a Workflow Engine instance (Step (2)), it validates the incoming message and checks whether active sites are available, i.e.
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Figure 8. Deployment of UNICORE client, workflow and job management services on multiple sites.
whether UNICORE server instances are ready to run and manage single atomic jobs that are part of the workflow request.
After the successful validation of the request, the Workflow Engine contacts the Service Orchestrator in Step (3), which acts as
a resource broker for many UNICORE servers. The Service Orchestrator submits individual job requests to the sites matching
with each job’s individual resource requirements (Step (4)). The UNICORE server at each of the given sites (Sisu and Taito
in our case) receives the request from the Workflow Engine instance (Step (5)), and dispatches it further to the remote batch5
system environment. Both clusters maintain a separate TSI daemon service that translates in Step (6) the request coming
from the UNICORE server to the batch-system- and environment-specific job command scripts. The data used by the glacier
modelling use case is shared and re-used through the central workflow storage management service provided by the UNICORE
server (Step (7)).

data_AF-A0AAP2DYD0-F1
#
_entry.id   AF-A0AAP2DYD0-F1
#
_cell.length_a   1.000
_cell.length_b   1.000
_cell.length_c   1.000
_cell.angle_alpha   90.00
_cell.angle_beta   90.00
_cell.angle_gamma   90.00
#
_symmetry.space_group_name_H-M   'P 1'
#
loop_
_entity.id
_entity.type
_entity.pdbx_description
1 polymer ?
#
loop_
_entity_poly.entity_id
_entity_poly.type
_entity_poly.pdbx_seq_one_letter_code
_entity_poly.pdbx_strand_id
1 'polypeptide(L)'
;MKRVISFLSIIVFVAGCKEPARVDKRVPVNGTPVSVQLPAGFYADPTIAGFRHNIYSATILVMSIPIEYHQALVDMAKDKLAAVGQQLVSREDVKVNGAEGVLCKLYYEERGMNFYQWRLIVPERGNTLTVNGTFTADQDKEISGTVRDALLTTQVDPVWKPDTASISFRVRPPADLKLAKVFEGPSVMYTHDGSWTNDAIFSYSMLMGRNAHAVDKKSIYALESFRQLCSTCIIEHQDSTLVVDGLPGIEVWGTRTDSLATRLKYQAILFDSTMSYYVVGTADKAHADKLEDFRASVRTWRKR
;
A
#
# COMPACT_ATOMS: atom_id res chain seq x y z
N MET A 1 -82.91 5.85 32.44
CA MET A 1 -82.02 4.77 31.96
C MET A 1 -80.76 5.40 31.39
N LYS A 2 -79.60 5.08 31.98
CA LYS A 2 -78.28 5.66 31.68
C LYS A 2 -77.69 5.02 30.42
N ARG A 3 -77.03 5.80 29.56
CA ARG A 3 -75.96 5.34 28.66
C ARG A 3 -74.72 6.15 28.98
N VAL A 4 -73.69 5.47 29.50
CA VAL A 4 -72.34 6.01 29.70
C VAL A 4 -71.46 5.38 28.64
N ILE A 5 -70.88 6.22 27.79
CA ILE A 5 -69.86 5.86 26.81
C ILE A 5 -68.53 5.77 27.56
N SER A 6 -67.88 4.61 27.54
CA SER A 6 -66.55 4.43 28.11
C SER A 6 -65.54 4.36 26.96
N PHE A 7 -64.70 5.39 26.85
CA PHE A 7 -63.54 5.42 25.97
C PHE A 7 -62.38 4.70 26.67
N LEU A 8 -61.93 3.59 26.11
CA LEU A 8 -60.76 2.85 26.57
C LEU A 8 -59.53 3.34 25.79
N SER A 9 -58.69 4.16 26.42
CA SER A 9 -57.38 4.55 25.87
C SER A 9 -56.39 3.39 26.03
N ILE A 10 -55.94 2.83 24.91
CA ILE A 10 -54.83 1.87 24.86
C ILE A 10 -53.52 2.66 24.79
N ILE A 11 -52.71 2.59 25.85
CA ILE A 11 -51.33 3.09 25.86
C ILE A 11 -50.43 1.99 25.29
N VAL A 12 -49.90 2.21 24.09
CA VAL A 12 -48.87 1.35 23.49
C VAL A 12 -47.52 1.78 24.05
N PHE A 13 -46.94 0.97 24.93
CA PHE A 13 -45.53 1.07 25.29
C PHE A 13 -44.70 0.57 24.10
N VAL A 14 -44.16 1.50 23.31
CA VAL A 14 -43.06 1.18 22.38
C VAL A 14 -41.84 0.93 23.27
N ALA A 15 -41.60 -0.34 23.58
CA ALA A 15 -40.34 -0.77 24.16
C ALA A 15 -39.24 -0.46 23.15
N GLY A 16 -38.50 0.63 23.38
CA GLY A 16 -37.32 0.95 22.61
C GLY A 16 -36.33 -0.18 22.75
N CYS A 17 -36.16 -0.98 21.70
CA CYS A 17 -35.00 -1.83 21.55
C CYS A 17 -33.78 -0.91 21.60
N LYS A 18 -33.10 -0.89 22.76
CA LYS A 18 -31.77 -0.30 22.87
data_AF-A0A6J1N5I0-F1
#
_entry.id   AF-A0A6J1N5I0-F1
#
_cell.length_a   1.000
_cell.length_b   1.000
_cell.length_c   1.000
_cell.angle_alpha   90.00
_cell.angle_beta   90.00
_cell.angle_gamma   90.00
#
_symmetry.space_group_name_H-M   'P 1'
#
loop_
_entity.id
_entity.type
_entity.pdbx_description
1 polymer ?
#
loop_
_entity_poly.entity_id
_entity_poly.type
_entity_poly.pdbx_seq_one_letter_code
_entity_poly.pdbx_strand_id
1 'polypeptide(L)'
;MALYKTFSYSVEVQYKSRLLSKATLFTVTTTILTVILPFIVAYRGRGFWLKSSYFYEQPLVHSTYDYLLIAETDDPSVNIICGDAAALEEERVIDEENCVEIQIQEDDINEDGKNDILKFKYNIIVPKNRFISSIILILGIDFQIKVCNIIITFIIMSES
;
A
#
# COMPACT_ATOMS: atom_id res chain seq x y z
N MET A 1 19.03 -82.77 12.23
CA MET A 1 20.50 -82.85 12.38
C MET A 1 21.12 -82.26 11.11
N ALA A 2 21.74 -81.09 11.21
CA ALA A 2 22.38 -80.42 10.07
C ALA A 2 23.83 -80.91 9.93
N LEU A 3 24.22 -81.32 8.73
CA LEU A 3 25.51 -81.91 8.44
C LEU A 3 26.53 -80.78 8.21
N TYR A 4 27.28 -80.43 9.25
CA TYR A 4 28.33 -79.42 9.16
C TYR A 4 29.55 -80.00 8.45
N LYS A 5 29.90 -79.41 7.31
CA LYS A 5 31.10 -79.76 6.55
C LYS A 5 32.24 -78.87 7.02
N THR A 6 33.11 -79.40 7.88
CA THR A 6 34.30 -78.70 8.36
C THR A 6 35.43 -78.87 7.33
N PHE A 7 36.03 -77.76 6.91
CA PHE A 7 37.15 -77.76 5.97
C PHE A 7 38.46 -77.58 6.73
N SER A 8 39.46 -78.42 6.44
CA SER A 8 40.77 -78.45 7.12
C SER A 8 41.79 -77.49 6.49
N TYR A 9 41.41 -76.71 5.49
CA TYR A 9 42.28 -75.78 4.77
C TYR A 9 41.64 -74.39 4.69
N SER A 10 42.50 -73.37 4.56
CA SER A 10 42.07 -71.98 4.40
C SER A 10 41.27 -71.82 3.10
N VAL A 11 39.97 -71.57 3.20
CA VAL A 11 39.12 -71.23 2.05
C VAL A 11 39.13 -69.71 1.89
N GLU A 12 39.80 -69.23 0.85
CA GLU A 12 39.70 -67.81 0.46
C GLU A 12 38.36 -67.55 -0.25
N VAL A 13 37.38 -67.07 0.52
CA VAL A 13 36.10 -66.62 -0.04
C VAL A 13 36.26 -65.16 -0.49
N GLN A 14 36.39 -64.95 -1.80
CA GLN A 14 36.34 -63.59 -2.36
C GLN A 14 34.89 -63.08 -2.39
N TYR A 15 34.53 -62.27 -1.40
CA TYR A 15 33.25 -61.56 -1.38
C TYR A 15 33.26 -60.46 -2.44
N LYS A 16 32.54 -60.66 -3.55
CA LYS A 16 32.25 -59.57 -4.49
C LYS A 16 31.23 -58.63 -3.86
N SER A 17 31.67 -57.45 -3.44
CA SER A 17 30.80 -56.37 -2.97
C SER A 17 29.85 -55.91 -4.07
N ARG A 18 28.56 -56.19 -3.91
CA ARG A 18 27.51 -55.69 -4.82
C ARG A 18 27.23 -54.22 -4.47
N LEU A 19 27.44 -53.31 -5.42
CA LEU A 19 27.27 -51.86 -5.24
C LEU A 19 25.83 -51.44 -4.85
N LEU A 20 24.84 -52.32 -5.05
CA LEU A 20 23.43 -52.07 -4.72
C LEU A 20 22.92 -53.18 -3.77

Figure 9 shows the output of the calving task that is the last step of each workflow iteration. Without the UNICORE-based10
workflow automation, it was difficult to manage the overall makespan of this step. After transforming it using the UNICORE
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Figure 9. Basal friction coefficient, βand new position of the front Fi+1 after calving from the HiDEM simulation generated through the
UNICORE-based implementation.
system, the management became easier and seamless as the calving tasks are only invoked when the preceding phases (such as
coupling and data conversion) and iterations were completed successfully, i.e. when they could provide reasonable input to the
computationally expensive HiDEM executable.
8 Discussion
This section discusses the most vital elements of the glacier coupling and calving case study to show that the main goal was5
achieved, i.e. to provide users with simplified access to distributed HPC resources.
In the implementation, the application environment and the dataset used were the same as before, with the addition of the
UNICORE layer. Therefore, this discussion does not cover the application performance and scalability, but rather the overall
workflow effectiveness, robustness, and usability.
8.1 Fulfilment of Requirements10
In this section, we show how the requirements presented in Section 5 have been fulfilled through the use of the UNICORE